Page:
Due to its high pore density, zeolite has a highly effective surface area, meaning it can capture high concentrations of physical contaminants before backwashing is needed. The media can also use the process of adsorption to capture and remove certain particles. This process is an active effect where particles adhere to the surface of the media instead of passively getting caught between grains.
General applications and industries served
• Removal of turbidity particles to three to five micron
• Removal of heavy metal cations, certain hydrocarbons and other contaminants
• Can be used as a direct replacement media for sand filtration system with 2.8x sediment loading capacity
Wastewater treatment/pollution control
• Wastewater ammonia removal in municipal/industrial wastewater
• Pollution control media can increase biological activity, reduce nutrient levels, cut sludge volume and odors; reduce ammonia and BOD levels in ion exchange columns or bed effluent; can be back-flushed and regenerated, with ammonia recovered for fertilizer, which increases sewerage plant capacity and life cycle.
Radioactive water treatment
• Nuclear cooling and waste treatment of cesium and strontium and site remediation/decontamination
Aqua culture/fishing industry: fish-hatchery water treatment
• Ammonia control
• Biofiltration media
• Animal waste treatment/odor control
• Water clarification and disinfection
• Decreases ammonia levels in ponds and water tanks
• Reclamation of used media for soil fertilizer
Horticulture (plant nurseries/greenhouses)
• Turbidity reduction
• Water clarifier/physical nitration barrier for bacteria control
• Reclamation/revegetation (used media can be used as potting soil for plants, etc.)
The most important benefits of zeolite media would be realized in drinking water treatment systems.
Affinity for ammonia and heavy metals
Ammonia and heavy metals are of significant concern in drinking water treatment. Both contaminants are toxic to humans. Coagulation, flocculation and sedimentation may not be enough to remove them to levels adequate for human consumption. Zeolite (the clinoptilolite form in particular) just happens to have an affinity for those molecules and will adsorb and retain them within its molecular pores. It can accomplish this even in the presence of other potential competing ions.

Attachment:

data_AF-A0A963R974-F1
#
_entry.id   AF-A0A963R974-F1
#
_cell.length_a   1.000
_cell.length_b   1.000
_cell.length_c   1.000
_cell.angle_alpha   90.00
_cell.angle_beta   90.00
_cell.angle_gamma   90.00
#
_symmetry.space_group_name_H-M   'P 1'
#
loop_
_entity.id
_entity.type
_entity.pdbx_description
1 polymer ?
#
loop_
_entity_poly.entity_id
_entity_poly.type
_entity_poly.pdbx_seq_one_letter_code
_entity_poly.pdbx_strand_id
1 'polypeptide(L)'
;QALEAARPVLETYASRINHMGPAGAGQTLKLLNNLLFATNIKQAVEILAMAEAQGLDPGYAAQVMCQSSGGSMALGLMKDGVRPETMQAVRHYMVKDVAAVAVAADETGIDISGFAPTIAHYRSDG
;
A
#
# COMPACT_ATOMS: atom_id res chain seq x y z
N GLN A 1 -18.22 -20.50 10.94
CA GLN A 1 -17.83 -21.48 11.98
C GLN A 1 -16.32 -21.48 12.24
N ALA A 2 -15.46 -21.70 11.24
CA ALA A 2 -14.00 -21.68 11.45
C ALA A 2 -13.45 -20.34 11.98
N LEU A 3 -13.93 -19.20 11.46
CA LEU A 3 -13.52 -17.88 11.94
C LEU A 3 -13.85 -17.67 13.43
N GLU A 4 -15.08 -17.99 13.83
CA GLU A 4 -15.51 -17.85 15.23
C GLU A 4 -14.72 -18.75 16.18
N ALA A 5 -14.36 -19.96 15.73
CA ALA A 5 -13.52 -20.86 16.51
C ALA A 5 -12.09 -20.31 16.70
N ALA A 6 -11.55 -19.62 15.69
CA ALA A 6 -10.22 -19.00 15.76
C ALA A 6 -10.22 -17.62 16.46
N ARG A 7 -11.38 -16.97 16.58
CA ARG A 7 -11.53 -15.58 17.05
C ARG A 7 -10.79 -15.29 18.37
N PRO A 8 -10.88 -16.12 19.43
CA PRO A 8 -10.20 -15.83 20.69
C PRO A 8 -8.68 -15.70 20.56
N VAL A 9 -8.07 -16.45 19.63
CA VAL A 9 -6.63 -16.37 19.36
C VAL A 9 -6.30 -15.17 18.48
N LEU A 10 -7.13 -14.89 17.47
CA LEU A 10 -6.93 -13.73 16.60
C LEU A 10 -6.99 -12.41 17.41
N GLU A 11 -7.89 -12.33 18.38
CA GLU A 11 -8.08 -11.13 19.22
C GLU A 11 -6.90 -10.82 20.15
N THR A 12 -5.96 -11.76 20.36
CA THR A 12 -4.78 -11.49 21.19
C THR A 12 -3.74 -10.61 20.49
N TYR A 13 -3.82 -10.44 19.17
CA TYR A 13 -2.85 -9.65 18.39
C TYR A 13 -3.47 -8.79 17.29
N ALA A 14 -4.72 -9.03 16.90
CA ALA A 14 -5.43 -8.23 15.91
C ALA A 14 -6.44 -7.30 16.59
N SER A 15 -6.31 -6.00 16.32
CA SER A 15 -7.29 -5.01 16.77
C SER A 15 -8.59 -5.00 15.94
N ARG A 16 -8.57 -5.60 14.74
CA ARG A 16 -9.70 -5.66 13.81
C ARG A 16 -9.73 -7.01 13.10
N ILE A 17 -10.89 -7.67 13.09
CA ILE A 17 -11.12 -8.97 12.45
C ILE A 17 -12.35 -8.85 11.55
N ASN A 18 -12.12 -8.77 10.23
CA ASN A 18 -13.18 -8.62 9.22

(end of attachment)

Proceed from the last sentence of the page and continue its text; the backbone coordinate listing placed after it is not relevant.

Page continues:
Hardness minerals like calcium and magnesium can cause issues in distribution piping systems if they are present in high enough concentrations. At a certain point, however, their concentrations in the water supply reaches an oversaturation level and begins to precipitate out of solution. This can cause scale build-up that may be experienced in homes, which can cause restricted flow to pipes and faucets. Zeolite is also capable of exchanging calcium and magnesium ions in the water, meaning it can double as a softener if it is regenerated with a sodium/potassium brine solution.
If you have ever turned on a faucet and the water that came out was brown, you may have an iron problem. It does not take a very high amount in water, however, to cause color change; too much iron can cause health risks in humans. Therefore, mitigation of iron levels in drinking water is also needed. Sodium zeolite is also capable of reducing iron levels to some degree by way of its adsorption and ion exchange properties.
About the author
Dennis Abraham Thazhamon, Managing Director of Josab India Pvt Ltd for the India and Southeast Asian regions, is a highly qualified marketing and management professional with a primary focus on entering new markets. A water expert who focuses on sustainable living for everyone, he has been honored with the 51 Fabulous Global Water and Water Management Leaders award. Abraham is currently working toward making a difference in the lives of people via natural treatment of water so they can continue enjoying good health by drinking treated, natural water.
About the company
Josab India Pvt Ltd, a fully owned subsidiary of Josab Water Solutions AB, Stockholm, Sweden, has been providing safe drinking water solutions in India since its launch in 2012. The company produces and sells products, solutions and services for ecologically sound water purification. Because of the Aqualite™ filter material, large volumes of water can be purified in an ecologically safe way at a low cost, leading to long-term sustainability. The company’s primary focus is on rural areas, where access to safe drinking water is barely minimal. Since its launch in India, Josab’s Aqualite-based technology has been approved and acclaimed by various public and private entities. Currently Josab India is expanding its territories in terms of acquiring market and diversification where the requirement for pure water is pivotal.